This review has been ‘repurposed’ from my other site, theOneliner.com
It’s actually slightly depressing to see that Clerks 2 has been called into existence. I’ll swear, although in common with most journalists I’m far too lazy to do any of this “fact checking” business, that after the largely successful in-joke abandon of Jay and Silent Bob Strike Back that Kevin Smith said he was finished with the whole “View Askewniverseotron” or whatever the accepted term for it is. One uninspired film that was unjustifiably slammed on the back of the “Bennifer” fiasco later and here we are, back in New Jersey again. Well, not that we left. But you know what I mean, I’ll assume.
Clerks 2 sees us back in front of the Quick Stop with Randal (Mike Pratt) and Hopkirk (Kenneth Cope) again solving crimes in their own inimitable ghost and private eye double act. Hang on, that can’t possibly be right. Let me check my notes. Ah.
Clerks 2 sees us back in front of the Quick Stop with Randal (Jeff Anderson) and Dante (Brian O’Halloran) arriving just in time to see the place go up in smoke. Set a decade and change after the original, the main evolution in the pair’s lives now seems to be the relocation of workplace to Mooby’s, a fast food joint. The usual discussions on life, pop culture, the universe and dead end jobs appear, prompted in large part by Dante’s impending flying of the New Jersey nest with his fiancee, Kevin Smith’s wife.
This perturbs both Dante’s boss and particular friend Becky (Rosario Dawson) and Randall more than either would particularly care to admit, and given that Dante seems far more in love with the idea of the fresh start that marriage into Kevin Smith’s wife’s affluent family will afford him than he is with Kevin Smith’s wife herself you can probably write the third act for yourself.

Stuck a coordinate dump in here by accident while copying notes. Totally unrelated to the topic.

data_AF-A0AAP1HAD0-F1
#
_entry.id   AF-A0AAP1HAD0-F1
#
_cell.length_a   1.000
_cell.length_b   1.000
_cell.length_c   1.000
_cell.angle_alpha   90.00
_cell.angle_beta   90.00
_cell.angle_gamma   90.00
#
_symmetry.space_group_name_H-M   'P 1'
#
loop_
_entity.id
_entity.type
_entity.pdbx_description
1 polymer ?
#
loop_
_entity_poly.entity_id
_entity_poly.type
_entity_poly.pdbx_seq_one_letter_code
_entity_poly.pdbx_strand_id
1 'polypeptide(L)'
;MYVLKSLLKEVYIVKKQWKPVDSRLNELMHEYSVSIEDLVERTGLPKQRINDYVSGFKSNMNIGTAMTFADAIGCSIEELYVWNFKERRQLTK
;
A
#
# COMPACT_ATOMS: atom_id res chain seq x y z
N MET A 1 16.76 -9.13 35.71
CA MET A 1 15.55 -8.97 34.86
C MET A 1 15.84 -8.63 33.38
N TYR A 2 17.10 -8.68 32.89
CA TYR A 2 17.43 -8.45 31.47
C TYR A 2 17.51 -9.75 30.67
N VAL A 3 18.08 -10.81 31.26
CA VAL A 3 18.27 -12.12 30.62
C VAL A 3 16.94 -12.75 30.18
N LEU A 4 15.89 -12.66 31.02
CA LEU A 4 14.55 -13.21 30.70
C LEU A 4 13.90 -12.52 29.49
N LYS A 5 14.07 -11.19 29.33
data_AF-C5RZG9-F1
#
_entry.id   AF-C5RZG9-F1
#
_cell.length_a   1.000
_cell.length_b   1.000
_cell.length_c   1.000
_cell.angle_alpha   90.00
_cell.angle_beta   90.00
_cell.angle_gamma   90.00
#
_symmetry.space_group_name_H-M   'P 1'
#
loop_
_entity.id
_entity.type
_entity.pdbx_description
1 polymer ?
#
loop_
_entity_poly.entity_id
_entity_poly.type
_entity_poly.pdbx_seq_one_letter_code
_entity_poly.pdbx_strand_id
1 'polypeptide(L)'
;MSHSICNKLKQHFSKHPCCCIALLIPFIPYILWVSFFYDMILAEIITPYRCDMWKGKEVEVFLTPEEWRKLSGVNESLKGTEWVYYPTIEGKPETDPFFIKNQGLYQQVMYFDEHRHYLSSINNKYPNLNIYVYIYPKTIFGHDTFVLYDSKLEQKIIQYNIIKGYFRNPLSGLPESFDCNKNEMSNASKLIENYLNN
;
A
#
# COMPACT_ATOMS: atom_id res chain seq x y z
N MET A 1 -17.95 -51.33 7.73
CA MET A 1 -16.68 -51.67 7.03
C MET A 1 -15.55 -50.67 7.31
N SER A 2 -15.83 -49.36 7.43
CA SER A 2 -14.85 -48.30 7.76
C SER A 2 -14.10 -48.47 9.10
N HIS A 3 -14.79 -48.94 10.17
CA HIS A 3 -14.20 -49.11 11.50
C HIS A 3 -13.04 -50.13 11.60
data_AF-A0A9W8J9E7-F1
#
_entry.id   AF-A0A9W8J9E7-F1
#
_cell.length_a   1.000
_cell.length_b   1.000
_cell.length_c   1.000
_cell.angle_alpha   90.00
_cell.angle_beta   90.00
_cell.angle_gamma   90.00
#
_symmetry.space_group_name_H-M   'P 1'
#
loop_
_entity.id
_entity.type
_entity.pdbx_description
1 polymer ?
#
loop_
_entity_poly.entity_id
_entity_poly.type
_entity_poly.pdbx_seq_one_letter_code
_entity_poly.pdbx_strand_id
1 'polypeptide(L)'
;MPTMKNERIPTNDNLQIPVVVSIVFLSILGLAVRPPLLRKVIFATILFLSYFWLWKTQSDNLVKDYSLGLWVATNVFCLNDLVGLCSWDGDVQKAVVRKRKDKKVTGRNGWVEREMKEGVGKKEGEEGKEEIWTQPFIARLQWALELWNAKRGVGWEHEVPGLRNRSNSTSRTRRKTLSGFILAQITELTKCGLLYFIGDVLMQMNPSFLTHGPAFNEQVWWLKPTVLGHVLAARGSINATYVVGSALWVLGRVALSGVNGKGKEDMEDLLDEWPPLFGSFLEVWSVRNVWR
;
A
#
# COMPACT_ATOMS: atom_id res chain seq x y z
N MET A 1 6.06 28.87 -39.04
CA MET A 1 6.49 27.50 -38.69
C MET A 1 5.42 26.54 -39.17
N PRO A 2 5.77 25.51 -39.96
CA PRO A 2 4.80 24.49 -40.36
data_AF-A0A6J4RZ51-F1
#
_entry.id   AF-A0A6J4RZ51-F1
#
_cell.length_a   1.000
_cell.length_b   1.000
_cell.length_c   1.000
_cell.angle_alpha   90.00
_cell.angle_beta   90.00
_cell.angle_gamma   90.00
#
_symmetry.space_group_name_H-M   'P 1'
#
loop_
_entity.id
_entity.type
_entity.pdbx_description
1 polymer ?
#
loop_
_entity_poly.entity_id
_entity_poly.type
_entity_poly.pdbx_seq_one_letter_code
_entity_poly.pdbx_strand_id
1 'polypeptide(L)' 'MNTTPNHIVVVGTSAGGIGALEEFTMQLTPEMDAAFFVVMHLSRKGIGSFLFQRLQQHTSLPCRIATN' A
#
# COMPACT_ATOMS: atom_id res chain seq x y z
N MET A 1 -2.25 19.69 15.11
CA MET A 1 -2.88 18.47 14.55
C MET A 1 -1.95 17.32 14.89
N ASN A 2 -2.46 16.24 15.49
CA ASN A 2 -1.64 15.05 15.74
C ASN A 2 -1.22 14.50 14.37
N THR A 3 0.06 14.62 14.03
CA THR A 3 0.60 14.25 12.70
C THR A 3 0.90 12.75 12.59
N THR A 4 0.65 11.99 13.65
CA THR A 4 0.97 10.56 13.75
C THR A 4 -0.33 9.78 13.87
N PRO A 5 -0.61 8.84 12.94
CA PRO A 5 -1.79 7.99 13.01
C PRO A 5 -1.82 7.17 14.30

Now, it wouldn’t be a proper old-skool be-bopping Kevin Smith film without reams of stunningly inessential cameos and bit parts from Kevin Smith’s friends, including Kevin Smith’s wife and Kevin Smith’s self. Jay (Jason Mewes) and Silent Bob (Smith) go through their usual double act, with the laws of diminishing returns being in full effect. Ben Affleck and Jason Lee return with little point to inhabit entirely separate New Jersey based characters to their previous four entirely separate New Jersey based characters, implying that the state perhaps has the world’s lead in cloning technology.
At heart, it’s still about a search for a meaningful life, for gainful employment and, well, everything the first one was about, and as such is as necessary a film as that implies. Of course, the main aim of the film is not to unleash a devastating new worldview upon thee. It merely tries to raise a few chuckles, which it does amiably enough without ever being in danger of tearing the house down. In fact, the writing’s pretty uninspiring, and Anderson and O’Halloran aren’t any more polished than they were ten years ago.
You know, Clerks 2 isn’t really much of anything. There’s even quite a few nasty things that could be said about it, Smith’s scripting never as sharp as in the original, albeit feeling a little more naturalistic than his earlier wordy diatribes. Still, there’s never anything egregious enough to get worked up over and besides, being cruel to Clerks 2 feels rather like kicking a puppy in the face. I imagine. To put it another, less incriminating way, Clerks 2 is rather like meeting an old, once beloved school friend after a long estrangement only to find they’ve settled into a quiet life of accountancy and just aren’t as much fun as they used to be.